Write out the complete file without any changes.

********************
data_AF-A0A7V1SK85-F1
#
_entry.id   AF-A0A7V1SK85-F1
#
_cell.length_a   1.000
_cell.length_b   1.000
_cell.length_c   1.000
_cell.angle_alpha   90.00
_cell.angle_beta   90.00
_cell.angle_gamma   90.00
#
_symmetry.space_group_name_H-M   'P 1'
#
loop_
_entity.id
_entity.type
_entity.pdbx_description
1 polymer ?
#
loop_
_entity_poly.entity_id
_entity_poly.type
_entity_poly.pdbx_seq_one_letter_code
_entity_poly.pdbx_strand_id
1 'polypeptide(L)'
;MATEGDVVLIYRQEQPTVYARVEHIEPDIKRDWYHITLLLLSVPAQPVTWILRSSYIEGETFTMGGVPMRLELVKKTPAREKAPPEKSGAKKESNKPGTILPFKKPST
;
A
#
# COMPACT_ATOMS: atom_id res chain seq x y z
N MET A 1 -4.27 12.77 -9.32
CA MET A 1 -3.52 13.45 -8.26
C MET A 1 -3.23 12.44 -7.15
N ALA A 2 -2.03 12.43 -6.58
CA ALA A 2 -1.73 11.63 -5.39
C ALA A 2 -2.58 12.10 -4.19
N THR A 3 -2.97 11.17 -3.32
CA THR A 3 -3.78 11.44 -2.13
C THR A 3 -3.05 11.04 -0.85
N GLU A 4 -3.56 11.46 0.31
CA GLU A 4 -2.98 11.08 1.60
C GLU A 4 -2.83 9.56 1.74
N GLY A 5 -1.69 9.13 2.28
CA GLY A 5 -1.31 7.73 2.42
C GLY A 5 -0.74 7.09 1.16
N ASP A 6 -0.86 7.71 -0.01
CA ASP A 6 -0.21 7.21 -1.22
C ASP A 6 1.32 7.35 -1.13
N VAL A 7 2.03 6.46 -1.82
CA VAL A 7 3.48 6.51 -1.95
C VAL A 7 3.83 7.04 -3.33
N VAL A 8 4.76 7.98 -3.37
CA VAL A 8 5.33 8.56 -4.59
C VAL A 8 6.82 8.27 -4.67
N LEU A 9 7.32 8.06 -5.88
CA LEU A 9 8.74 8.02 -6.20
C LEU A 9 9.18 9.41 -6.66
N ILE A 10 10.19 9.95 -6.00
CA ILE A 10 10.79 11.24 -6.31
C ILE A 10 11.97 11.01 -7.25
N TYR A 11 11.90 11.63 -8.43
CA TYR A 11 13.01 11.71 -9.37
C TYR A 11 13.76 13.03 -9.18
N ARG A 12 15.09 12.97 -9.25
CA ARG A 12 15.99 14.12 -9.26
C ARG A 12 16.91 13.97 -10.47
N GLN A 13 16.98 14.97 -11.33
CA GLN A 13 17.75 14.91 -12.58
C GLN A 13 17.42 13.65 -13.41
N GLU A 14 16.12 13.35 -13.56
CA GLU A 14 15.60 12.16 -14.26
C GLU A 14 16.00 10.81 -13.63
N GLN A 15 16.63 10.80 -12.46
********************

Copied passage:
data_AF-A0A7V1SK85-F1
#
_entry.id   AF-A0A7V1SK85-F1
#
_cell.length_a   1.000
_cell.length_b   1.000
_cell.length_c   1.000
_cell.angle_alpha   90.00
_cell.angle_beta   90.00
_cell.angle_gamma   90.00
#
_symmetry.space_group_name_H-M   'P 1'
#
loop_
_entity.id
_entity.type
_entity.pdbx_description
1 polymer ?
#
loop_
_entity_poly.entity_id
_entity_poly.type
_entity_poly.pdbx_seq_one_letter_code
_entity_poly.pdbx_strand_id
1 'polypeptide(L)'
;MATEGDVVLIYRQEQPTVYARVEHIEPDIKRDWYHITLLLLSVPAQPVTWILRSSYIEGETFTMGGVPMRLELVKKTPAREKAPPEKSGAKKESNKPGTILPFKKPST
;
A
#
# COMPACT_ATOMS: atom_id res chain seq x y z
N MET A 1 -4.27 12.77 -9.32
CA MET A 1 -3.52 13.45 -8.26
C MET A 1 -3.23 12.44 -7.15
N ALA A 2 -2.03 12.43 -6.58
CA ALA A 2 -1.73 11.63 -5.39
C ALA A 2 -2.58 12.10 -4.19
N THR A 3 -2.97 11.17 -3.32
CA THR A 3 -3.78 11.44 -2.13
C THR A 3 -3.05 11.04 -0.85
N GLU A 4 -3.56 11.46 0.31
CA GLU A 4 -2.98 11.08 1.60
C GLU A 4 -2.83 9.56 1.74
N GLY A 5 -1.69 9.13 2.28
CA GLY A 5 -1.31 7.73 2.42
C GLY A 5 -0.74 7.09 1.16
N ASP A 6 -0.86 7.71 -0.01
CA ASP A 6 -0.21 7.21 -1.22
C ASP A 6 1.32 7.35 -1.13
N VAL A 7 2.03 6.46 -1.82
CA VAL A 7 3.48 6.51 -1.95
C VAL A 7 3.83 7.04 -3.33
N VAL A 8 4.76 7.98 -3.37
CA VAL A 8 5.33 8.56 -4.59
C VAL A 8 6.82 8.27 -4.67
N LEU A 9 7.32 8.06 -5.88
CA LEU A 9 8.74 8.02 -6.20
C LEU A 9 9.18 9.41 -6.66
N ILE A 10 10.19 9.95 -6.00
CA ILE A 10 10.79 11.24 -6.31
C ILE A 10 11.97 11.01 -7.25
N TYR A 11 11.90 11.63 -8.43
CA TYR A 11 13.01 11.71 -9.37
C TYR A 11 13.76 13.03 -9.18
N ARG A 12 15.09 12.97 -9.25
CA ARG A 12 15.99 14.12 -9.26
C ARG A 12 16.91 13.97 -10.47
N GLN A 13 16.98 14.97 -11.33
CA GLN A 13 17.75 14.91 -12.58
C GLN A 13 17.42 13.65 -13.41
N GLU A 14 16.12 13.35 -13.56
CA GLU A 14 15.60 12.16 -14.26
C GLU A 14 16.00 10.81 -13.63
N GLN A 15 16.63 10.80 -12.46